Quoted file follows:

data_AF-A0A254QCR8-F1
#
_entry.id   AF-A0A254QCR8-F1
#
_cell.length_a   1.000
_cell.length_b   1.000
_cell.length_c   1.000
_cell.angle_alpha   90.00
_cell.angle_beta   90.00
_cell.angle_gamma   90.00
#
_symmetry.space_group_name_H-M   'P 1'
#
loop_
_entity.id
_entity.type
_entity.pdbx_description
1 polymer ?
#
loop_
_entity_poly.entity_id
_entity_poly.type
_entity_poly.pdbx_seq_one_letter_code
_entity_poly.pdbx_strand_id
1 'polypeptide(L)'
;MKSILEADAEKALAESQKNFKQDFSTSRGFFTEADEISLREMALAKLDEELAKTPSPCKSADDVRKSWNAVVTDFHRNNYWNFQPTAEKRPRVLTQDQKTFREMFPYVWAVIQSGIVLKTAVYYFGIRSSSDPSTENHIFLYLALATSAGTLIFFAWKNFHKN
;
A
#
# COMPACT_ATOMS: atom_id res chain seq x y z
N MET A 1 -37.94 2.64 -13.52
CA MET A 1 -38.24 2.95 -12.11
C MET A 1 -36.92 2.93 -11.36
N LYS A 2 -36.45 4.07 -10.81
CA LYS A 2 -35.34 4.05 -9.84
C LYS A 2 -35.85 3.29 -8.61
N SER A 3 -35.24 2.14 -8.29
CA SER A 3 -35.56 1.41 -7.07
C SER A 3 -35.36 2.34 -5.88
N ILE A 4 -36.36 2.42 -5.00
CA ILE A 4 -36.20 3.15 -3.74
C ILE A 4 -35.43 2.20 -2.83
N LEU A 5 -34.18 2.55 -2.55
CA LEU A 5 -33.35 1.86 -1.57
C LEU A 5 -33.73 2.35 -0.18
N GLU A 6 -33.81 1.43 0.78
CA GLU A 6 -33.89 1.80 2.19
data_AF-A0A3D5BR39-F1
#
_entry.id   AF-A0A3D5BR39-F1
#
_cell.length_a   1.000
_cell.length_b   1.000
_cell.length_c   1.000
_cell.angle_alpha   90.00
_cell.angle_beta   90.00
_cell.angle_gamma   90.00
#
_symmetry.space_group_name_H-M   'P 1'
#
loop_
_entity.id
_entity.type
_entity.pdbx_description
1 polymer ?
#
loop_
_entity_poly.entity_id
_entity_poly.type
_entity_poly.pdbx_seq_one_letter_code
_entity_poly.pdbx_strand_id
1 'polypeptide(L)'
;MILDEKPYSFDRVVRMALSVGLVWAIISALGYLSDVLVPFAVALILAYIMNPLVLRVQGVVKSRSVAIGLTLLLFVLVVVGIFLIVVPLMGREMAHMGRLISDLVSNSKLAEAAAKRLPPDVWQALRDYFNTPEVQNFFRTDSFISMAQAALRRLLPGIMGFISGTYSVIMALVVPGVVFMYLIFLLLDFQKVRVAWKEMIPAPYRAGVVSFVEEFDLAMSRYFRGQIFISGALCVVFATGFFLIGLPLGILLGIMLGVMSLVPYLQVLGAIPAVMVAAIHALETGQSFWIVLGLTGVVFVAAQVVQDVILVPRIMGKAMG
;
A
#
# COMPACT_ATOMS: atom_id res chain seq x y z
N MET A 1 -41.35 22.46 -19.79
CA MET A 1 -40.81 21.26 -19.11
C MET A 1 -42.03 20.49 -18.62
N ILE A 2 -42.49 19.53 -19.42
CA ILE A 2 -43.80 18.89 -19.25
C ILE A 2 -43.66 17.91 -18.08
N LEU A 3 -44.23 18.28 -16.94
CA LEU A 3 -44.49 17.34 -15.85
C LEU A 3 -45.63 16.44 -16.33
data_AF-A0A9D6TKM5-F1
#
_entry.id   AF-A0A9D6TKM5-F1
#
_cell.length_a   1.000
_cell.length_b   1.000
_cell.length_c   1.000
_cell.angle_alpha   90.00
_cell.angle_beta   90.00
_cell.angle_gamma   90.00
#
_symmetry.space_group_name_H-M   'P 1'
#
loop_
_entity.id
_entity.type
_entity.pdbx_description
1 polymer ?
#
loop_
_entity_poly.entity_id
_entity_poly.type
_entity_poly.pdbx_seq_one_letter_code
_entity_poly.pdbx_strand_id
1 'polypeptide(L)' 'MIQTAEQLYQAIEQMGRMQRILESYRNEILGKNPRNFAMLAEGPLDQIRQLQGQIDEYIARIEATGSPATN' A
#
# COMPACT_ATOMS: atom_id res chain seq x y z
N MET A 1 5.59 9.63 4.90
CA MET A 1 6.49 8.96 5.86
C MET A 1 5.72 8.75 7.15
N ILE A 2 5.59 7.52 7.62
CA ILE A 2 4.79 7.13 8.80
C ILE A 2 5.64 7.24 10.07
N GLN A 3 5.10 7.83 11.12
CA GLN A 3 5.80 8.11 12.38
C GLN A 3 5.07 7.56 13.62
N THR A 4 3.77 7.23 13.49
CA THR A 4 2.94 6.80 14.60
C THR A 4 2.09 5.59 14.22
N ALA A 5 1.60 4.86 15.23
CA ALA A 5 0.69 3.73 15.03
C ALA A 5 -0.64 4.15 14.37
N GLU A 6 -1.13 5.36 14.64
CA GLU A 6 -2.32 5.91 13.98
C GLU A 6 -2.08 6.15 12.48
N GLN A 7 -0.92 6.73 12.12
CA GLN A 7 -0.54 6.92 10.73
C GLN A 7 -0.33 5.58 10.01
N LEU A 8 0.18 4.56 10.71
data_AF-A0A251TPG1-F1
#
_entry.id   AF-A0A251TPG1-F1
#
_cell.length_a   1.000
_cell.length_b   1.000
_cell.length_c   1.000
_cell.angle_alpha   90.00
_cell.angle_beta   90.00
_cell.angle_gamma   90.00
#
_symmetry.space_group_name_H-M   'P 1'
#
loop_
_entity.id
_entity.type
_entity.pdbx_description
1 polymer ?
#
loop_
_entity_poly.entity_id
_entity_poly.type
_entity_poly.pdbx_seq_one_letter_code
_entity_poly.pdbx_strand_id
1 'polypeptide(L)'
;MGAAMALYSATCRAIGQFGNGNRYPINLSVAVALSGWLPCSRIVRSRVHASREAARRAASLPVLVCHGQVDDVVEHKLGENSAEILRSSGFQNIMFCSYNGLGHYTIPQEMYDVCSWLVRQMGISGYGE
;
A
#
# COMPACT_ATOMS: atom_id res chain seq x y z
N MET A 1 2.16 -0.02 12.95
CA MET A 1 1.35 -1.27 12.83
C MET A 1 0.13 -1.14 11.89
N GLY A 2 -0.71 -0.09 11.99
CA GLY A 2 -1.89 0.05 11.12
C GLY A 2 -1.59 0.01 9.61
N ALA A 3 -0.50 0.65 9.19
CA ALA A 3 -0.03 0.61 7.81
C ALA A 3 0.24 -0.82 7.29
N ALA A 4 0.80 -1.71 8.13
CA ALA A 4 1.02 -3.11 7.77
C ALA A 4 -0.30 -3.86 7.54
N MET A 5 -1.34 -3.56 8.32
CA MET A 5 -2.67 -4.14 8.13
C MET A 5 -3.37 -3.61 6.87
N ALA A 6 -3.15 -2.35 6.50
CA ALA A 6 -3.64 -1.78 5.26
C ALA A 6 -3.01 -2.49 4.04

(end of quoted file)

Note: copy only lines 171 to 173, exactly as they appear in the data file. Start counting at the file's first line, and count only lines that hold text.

C GLY A 2 -1.59 0.01 9.61
N ALA A 3 -0.50 0.65 9.19
CA ALA A 3 -0.03 0.61 7.81